General visceral and cerebral congestion as well as some degree of
liver damage were present in all dying animals. Edema, cloudy
swelling, fatty infiltration, and necrosis were seen in the liver.
Changes in the kidney, myocardium and other organs and tissues were
marked by edema, pallor and cloudy swelling (Machle et al., 1940).
18.104.22.168 Rats, guinea-pigs, rabbits, cats and monkeys
Five species of laboratory animals were exposed by inhalation to
2-nitropropane at concentrations ranging from 83 to several thousand
ppm for up to seven hours per day until toxic effects were observed.
Severity of toxic effects decreased in the following order: cat, rat,
rabbit, and guinea-pig. Signs of toxicity included: weakness,
dyspnea, cyanosis, prostration, convulsions and coma. Pathologic
changes included general vascular endothelial damage/pulmonary edema
and hemorrhage, selective disintegration of brain neurons, and
hepatocellular damage. Formation of methemoglobin and Heinz bodies
was related to the severity of the exposure. No pathologic changes
occurred after exposure to air concentrations of 328 ppm or 83 ppm in
the tissues of rats, rabbits, guinea-pigs or monkeys. In the cat, 328
ppm caused severe liver damage and slight to moderate toxic
degeneration of the heart and kidneys (Treon & Dutra, 1972).
Subsequent examination of tissue sections from this study has revealed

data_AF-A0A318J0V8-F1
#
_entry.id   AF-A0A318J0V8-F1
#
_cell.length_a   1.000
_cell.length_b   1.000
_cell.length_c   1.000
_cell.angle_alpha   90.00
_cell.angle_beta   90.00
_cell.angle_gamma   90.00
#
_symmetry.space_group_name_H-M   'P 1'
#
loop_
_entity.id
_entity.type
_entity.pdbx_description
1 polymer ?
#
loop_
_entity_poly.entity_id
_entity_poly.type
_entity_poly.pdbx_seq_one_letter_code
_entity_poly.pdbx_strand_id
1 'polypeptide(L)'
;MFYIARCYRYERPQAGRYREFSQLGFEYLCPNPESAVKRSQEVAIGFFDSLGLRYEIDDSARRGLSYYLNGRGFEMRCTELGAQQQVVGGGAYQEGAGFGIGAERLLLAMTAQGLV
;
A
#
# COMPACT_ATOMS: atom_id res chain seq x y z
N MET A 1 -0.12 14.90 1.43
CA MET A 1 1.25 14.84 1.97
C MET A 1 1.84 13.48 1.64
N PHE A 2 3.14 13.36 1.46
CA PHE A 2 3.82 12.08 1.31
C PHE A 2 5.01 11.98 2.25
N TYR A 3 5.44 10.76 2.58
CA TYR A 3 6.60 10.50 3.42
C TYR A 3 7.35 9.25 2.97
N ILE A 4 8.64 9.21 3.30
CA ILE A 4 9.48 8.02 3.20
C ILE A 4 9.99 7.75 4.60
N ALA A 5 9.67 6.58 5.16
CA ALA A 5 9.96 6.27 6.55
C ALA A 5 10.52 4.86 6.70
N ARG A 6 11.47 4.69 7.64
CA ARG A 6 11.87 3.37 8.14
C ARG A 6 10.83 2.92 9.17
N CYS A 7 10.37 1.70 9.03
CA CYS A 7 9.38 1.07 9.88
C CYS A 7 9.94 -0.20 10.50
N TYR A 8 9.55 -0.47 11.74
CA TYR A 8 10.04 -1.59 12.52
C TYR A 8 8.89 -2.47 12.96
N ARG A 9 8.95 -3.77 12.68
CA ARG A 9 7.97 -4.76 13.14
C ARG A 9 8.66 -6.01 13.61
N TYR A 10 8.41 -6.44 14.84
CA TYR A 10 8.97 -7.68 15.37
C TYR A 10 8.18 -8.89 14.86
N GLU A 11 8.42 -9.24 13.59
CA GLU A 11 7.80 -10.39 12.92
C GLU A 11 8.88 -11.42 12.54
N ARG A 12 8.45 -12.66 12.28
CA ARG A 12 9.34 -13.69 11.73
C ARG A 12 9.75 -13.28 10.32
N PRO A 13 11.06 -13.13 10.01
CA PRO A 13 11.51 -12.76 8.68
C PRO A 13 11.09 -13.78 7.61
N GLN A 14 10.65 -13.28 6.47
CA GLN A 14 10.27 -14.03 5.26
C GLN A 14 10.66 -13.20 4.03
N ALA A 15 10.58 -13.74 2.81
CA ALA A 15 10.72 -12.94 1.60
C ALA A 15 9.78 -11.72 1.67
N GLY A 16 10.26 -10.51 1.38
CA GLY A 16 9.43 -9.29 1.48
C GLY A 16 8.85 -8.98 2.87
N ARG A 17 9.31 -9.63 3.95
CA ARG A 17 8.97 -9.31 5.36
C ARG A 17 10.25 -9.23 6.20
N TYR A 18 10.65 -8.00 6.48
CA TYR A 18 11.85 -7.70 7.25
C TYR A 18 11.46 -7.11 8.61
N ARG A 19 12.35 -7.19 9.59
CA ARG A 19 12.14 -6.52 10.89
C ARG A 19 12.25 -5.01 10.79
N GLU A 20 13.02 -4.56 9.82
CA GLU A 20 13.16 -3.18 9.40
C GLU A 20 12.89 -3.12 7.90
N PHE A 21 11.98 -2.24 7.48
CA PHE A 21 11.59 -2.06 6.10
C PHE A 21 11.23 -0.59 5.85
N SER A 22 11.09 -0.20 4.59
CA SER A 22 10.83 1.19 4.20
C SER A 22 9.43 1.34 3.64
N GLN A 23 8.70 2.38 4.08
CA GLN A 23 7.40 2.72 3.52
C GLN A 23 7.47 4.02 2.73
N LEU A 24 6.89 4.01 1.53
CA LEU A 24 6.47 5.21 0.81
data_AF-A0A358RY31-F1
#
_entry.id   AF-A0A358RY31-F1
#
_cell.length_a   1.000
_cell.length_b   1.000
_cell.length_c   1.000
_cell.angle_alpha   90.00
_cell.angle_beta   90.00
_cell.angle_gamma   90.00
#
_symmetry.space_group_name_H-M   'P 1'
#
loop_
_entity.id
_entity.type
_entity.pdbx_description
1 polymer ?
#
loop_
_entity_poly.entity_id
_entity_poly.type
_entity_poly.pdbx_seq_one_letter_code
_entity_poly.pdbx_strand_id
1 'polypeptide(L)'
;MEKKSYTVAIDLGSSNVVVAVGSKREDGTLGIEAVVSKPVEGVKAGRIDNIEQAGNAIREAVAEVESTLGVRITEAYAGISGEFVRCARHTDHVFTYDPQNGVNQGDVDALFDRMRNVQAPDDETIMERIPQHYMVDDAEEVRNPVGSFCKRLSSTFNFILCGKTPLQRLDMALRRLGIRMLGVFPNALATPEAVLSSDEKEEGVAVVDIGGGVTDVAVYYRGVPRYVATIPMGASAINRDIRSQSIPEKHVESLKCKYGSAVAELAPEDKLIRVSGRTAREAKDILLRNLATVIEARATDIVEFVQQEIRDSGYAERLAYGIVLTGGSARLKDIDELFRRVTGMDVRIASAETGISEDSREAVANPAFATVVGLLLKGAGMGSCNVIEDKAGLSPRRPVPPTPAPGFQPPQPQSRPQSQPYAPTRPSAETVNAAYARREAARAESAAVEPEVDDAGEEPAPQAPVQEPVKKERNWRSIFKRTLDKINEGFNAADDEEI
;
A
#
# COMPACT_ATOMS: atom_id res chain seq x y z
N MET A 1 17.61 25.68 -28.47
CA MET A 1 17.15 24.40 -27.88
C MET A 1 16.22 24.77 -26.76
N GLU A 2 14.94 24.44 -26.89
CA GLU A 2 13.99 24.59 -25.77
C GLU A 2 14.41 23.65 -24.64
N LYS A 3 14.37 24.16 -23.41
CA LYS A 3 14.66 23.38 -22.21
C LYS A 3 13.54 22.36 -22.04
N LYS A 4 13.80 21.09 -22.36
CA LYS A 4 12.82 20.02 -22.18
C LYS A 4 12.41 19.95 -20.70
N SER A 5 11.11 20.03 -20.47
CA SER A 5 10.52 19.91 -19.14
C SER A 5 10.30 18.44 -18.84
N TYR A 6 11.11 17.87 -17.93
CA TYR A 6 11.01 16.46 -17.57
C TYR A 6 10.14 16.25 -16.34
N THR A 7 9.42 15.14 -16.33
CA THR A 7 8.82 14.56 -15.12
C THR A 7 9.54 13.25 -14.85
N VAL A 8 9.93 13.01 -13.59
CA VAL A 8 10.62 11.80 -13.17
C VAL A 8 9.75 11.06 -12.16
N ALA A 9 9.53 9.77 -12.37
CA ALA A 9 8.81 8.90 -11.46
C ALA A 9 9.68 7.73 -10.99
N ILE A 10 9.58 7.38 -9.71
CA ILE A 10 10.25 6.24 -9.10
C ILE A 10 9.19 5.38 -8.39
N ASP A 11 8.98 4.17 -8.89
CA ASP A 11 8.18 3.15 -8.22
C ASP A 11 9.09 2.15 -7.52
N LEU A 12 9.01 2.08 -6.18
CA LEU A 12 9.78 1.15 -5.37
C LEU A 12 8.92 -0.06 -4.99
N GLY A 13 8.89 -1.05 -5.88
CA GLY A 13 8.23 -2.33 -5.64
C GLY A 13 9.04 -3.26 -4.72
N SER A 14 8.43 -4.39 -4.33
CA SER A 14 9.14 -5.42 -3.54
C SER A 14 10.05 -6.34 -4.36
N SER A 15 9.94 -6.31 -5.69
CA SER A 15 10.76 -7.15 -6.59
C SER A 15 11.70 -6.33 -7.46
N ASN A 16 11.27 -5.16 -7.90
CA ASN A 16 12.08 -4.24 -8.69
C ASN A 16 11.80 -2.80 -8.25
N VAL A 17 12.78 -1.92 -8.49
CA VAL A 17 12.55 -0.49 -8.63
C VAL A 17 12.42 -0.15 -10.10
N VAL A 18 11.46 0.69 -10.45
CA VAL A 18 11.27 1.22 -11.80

the presence of clear cell foci in the livers of rats exposed to air
containing 328 ppm of 2-nitropropane for 17 exposure periods of seven
hours each (NIOSH, 1977). These cell foci are commonly believed to be
"cytologically similar to the cellular elements of neoplastic
nodules". The proliferative nodules are known to be induced by
carcinogens and "at the least, they indicate an increased probability
for the development of hepatocellular carcinoma" (Squire & Levitt,
22.214.171.124 Rats and rabbits
Groups of 50 male rats and 15 male rabbits were exposed to either
27 or 207 ppm of 2-nitropropane seven hours per day, five days per
week, for periods up to 24 weeks. Groups of equal size were exposed
to filtered air and served as controls. Ten rats from each group were
killed after 2 days, 10 days, 1 month, 3 months, and 6 months. Five
rabbits from each group were killed after 1, 3 and 6 months. Body
weight gains for both rats and rabbits at either exposure
concentration were similar to the control groups. No exposure-related
effect was seen in hematological evaluations. The liver weights were
significantly elevated in the rats exposed to 207 ppm 2-nitropropane
for 2, 3 and 6 months. No gross or microscopic changes were apparent
in either rats or rabbits from the low dose group and for rabbits in
the high dose group. However, multiple hepatocellular carcinomas and
neoplastic nodules were present in the livers from all 10 rats in the
high exposure groups after six months. Numerous focal areas of